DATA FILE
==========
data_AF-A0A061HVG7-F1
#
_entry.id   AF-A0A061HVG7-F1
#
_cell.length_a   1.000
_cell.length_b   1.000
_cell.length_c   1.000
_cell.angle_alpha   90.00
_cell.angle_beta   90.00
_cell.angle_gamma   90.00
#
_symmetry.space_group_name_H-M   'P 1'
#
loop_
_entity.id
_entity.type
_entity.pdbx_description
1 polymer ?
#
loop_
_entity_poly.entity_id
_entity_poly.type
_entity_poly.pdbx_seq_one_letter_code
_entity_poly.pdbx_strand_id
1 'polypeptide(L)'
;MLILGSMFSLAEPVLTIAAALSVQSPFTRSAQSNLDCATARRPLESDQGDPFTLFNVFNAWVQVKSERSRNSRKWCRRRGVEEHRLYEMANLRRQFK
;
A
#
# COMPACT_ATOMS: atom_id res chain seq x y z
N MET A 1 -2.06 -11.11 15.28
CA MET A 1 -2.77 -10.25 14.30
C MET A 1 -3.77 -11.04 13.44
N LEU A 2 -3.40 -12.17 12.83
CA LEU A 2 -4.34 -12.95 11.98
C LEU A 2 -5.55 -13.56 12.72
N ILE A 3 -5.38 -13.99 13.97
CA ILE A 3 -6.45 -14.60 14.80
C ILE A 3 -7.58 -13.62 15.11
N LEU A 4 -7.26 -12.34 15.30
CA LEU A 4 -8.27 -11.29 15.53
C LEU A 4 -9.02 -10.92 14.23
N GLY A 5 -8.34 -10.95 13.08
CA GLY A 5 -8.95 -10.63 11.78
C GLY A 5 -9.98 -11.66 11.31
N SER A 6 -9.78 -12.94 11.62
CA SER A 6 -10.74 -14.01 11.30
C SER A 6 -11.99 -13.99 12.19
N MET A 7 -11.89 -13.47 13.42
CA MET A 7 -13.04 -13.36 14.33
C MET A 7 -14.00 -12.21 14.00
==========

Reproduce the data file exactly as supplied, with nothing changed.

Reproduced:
data_AF-A0A061HVG7-F1
#
_entry.id   AF-A0A061HVG7-F1
#
_cell.length_a   1.000
_cell.length_b   1.000
_cell.length_c   1.000
_cell.angle_alpha   90.00
_cell.angle_beta   90.00
_cell.angle_gamma   90.00
#
_symmetry.space_group_name_H-M   'P 1'
#
loop_
_entity.id
_entity.type
_entity.pdbx_description
1 polymer ?
#
loop_
_entity_poly.entity_id
_entity_poly.type
_entity_poly.pdbx_seq_one_letter_code
_entity_poly.pdbx_strand_id
1 'polypeptide(L)'
;MLILGSMFSLAEPVLTIAAALSVQSPFTRSAQSNLDCATARRPLESDQGDPFTLFNVFNAWVQVKSERSRNSRKWCRRRGVEEHRLYEMANLRRQFK
;
A
#
# COMPACT_ATOMS: atom_id res chain seq x y z
N MET A 1 -2.06 -11.11 15.28
CA MET A 1 -2.77 -10.25 14.30
C MET A 1 -3.77 -11.04 13.44
N LEU A 2 -3.40 -12.17 12.83
CA LEU A 2 -4.34 -12.95 11.98
C LEU A 2 -5.55 -13.56 12.72
N ILE A 3 -5.38 -13.99 13.97
CA ILE A 3 -6.45 -14.60 14.80
C ILE A 3 -7.58 -13.62 15.11
N LEU A 4 -7.26 -12.34 15.30
CA LEU A 4 -8.27 -11.29 15.53
C LEU A 4 -9.02 -10.92 14.23
N GLY A 5 -8.34 -10.95 13.08
CA GLY A 5 -8.95 -10.63 11.78
C GLY A 5 -9.98 -11.66 11.31
N SER A 6 -9.78 -12.94 11.62
CA SER A 6 -10.74 -14.01 11.30
C SER A 6 -11.99 -13.99 12.19
N MET A 7 -11.89 -13.47 13.42
CA MET A 7 -13.04 -13.36 14.33
C MET A 7 -14.00 -12.21 14.00